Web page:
AT Forum NEWS NOTES & UPDATES #150
Compiled & Edited by Sue Emerson - Publisher
Prior Edition: February 2011
MEDICATION-ASSISTED TREATMENT (MAT) AND OPIOID ABUSE/ADDICTION
GOVERNMENT & FUNDING NEWS
METHADONE AND MEDICATION-ASSISTED TREATMENT (MAT) AND OPIOID ADDICTION
On March 8, West Virginia Senator Jay Rockefeller, Chairman of the Senate Finance Subcommittee on Health Care, introduced the Prescription Drug Abuse Prevention and Treatment Act of 2011. The bill aims to prevent the unsafe use of prescription drugs and reduce the number of deaths from prescription drugs by promoting both physician and patient education and creating a uniform reporting system for painkiller-related deaths. It would also significantly increase federal funding to help states create and maintain prescription drug monitoring programs that all states can access.Rockefeller's bill aims to combat prescription drug related deaths and overdoes by:
- Requiring that health care professionals receive specialized training on safe pain management in order to be licensed to prescribe these drugs.
- Funding a competitive grant program to states to educate consumers on the proper use of prescription drugs and how to prevent abuse.
- Creating a commission to establish appropriate and safe guidelines for all dosing of prescription drugs, benchmarks to reduce abuse, and patient education guidelines.
- Providing $25 million per year to establish prescription drug monitoring programs within each state where states can share information with each other.
- Forming a comprehensive national database of drug-related deaths in the U.S., and establishing a standard form for medical examiners to fill out.
For more information on the Prescription Drug Abuse Prevention and Treatment Act of 2011 go to: http://rockefeller.senate.gov/press/record.cfm?id=331730 and http://www.theorator.com/bills/text/s507.html
Source: United States Senator Jay Rockefeller — March 8, 2011
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Pennsylvania State Sen. Kim Ward (R-39) announced March 21, that she is introducing two bills that would place limits on taxpayer-funded methadone treatment services and increase program accountability.
The first bill would require that the Department of Public Welfare (DPW) limit Medicaid payments to 30 months for clients receiving methadone treatment. The limit is based on a recent Legislative Budget and Finance Committee (LBFC) Report which found that clients are in treatment an average of 27.3 months.
The legislation would also require DPW to establish stringent regulations for the inspection of methadone clinics. The regulations would include compliance with the federal requirements that clients receive a minimum of 2.5 hours of counseling per month while in treatment.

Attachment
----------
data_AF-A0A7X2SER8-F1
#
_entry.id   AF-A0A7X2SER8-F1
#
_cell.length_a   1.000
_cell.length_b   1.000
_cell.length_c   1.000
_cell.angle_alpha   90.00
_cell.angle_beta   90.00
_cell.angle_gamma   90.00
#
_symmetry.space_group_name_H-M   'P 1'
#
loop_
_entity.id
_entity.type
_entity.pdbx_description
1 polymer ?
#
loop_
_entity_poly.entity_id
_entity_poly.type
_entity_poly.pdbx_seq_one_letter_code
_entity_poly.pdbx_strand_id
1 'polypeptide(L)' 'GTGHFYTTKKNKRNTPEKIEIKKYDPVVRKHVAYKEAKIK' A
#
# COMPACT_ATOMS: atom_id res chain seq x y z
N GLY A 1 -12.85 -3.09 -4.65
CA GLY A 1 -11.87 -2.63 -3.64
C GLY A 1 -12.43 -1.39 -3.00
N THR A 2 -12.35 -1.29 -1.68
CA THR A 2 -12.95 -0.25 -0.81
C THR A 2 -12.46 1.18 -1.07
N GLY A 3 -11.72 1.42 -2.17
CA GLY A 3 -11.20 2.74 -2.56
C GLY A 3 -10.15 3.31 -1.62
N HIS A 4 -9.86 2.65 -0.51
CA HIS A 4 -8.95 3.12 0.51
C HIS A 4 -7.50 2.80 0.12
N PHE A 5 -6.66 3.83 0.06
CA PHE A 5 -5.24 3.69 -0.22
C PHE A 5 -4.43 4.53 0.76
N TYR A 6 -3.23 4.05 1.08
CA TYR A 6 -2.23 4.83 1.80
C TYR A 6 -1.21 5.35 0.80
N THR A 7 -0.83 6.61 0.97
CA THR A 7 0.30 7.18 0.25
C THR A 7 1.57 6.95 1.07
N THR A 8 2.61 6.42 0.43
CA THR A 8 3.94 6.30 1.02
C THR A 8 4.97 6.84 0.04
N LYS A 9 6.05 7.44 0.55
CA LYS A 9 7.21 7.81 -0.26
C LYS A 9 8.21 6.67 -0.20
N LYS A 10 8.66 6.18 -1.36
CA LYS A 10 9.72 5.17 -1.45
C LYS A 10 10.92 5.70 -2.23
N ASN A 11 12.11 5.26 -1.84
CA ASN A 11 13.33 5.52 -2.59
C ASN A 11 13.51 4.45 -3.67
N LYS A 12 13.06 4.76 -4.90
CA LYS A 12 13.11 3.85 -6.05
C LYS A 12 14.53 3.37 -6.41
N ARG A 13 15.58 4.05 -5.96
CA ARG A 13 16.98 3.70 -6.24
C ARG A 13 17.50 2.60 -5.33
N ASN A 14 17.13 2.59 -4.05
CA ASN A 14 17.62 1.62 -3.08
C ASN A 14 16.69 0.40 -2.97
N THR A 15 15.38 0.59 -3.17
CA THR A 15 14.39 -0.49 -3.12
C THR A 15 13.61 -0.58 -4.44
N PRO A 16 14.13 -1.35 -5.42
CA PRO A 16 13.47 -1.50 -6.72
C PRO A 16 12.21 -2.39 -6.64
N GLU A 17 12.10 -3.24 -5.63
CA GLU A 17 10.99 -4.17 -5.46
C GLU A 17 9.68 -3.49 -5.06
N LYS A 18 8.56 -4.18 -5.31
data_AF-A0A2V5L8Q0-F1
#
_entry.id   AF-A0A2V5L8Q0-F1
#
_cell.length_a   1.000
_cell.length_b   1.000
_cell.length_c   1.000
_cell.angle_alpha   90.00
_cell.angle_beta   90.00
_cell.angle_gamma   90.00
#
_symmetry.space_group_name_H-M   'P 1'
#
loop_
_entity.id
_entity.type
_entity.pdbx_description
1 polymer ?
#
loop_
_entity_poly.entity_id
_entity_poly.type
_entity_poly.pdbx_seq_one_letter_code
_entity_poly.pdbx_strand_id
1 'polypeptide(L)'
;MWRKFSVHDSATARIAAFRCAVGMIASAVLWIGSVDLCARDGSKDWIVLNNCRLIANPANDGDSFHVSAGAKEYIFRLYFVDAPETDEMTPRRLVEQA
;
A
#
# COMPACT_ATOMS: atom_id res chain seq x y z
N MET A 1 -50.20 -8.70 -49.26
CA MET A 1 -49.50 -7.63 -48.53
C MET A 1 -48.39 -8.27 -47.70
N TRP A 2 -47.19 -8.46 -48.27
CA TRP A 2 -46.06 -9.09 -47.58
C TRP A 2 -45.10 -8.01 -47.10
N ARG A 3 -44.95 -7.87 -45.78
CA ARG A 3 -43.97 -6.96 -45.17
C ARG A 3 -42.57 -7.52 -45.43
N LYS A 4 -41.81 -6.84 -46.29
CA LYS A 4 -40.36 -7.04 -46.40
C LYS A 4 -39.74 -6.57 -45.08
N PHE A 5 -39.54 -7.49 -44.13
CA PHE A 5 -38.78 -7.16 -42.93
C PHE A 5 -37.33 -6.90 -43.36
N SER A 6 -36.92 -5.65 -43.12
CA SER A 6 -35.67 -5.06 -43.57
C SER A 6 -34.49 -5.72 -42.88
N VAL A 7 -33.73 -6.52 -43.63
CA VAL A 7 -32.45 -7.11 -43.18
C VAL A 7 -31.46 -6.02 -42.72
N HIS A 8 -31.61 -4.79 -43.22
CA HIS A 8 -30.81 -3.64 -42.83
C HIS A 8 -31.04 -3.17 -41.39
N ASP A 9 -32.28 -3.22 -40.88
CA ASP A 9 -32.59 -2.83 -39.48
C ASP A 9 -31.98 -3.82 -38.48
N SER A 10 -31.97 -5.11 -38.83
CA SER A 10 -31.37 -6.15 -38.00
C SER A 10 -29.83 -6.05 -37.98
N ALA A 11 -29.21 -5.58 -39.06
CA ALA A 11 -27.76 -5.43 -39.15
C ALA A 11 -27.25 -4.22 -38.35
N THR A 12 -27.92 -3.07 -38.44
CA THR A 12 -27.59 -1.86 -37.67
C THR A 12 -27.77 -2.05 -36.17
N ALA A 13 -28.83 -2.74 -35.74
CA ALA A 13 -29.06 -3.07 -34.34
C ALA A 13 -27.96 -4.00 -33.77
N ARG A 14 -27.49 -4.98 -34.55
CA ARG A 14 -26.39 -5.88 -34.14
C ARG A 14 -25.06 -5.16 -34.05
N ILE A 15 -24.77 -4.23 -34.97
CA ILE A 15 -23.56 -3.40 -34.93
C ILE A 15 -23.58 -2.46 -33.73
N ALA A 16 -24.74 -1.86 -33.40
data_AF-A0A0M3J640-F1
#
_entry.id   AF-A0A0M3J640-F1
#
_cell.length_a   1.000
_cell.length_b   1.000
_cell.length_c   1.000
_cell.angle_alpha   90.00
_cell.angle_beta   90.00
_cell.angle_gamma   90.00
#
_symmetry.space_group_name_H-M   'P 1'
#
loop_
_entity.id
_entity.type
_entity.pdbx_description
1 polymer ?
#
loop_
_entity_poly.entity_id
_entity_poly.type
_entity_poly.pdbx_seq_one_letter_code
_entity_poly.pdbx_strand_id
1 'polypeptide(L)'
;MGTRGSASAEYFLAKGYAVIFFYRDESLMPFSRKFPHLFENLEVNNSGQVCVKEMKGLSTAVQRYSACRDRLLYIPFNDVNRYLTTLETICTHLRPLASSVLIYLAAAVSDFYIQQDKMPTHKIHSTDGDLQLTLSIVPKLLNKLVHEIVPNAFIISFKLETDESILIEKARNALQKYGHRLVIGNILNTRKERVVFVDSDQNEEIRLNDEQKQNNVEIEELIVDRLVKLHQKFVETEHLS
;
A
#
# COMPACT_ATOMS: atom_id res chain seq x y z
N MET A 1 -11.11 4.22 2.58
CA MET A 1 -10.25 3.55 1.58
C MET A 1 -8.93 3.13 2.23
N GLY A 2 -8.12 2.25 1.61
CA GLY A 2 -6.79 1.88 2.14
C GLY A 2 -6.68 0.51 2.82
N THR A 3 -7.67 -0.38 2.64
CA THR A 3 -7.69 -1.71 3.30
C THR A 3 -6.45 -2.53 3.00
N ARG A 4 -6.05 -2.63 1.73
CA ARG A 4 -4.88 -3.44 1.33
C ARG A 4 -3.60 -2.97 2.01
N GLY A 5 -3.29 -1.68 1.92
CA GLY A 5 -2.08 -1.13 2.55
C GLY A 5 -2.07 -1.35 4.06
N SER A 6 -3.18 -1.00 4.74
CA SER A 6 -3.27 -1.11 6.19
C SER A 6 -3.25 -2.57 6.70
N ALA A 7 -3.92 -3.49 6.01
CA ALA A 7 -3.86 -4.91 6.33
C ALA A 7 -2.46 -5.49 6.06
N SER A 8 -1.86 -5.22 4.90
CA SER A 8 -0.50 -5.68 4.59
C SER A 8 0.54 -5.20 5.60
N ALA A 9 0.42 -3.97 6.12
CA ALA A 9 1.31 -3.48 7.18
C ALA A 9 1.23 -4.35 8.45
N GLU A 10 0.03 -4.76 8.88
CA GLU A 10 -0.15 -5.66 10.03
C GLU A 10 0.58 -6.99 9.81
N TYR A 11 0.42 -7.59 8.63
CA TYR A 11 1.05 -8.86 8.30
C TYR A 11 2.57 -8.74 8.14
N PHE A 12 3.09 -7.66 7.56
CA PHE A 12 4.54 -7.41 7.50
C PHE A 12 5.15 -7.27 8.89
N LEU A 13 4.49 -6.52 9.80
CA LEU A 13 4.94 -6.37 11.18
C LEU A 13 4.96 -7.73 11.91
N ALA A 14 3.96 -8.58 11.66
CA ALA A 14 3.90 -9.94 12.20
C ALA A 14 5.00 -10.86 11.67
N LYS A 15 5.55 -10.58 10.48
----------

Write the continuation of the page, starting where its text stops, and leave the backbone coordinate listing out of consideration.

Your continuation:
The second bill would restrict methadone clients who participate in the Medical Assistance Transportation Program to four weeks of transportation -- including both mileage reimbursement and para-transit services -- to the clinic closest to their residence. The LBFC found that that methadone maintenance transportation services cost taxpayers more than $32 million in 2009-10.
"At a time when our state government is cutting programs across the board, that are important to many Pennsylvanians, there is no place for an open-ended taxi service paid for with scarce state tax dollars," said Ward. "Four weeks is a reasonable amount of time for individuals to get settled into their treatment schedules where other travel arrangements can be made at their own expense. Without limits, there is no incentive," stated Ward.
The press release can be accessed at: http://senatorward.com/press/2011/0311/032111.htm
Source: Pennsylvania State Senator Kim Ward — March 21, 2011
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Doctors Lax in Monitoring Potentially Addicting Drugs — Study: Missed Opportunity to Reduce Opioid-Related Abuse, Addiction and Overdose
Few primary care physicians pay adequate attention to patients taking prescription opioid drugs — despite the potential for abuse, addiction and overdose, according to a new study by researchers at Albert Einstein College of Medicine of Yeshiva University.
The study, published in the March 2 online edition of the Journal of General Internal Medicine, found lax monitoring even of patients at high risk for opioid misuse, such as those with a history of drug abuse or dependence.
"Our study highlights a missed opportunity for identifying and reducing misuse of prescribed opioids in primary care settings," said lead author Joanna Starrels, M.D., M.S., assistant professor of medicine at Einstein. "The finding that physicians did not increase precautions for patients at highest risk for opioid misuse should be a call for a standardized approach to monitoring."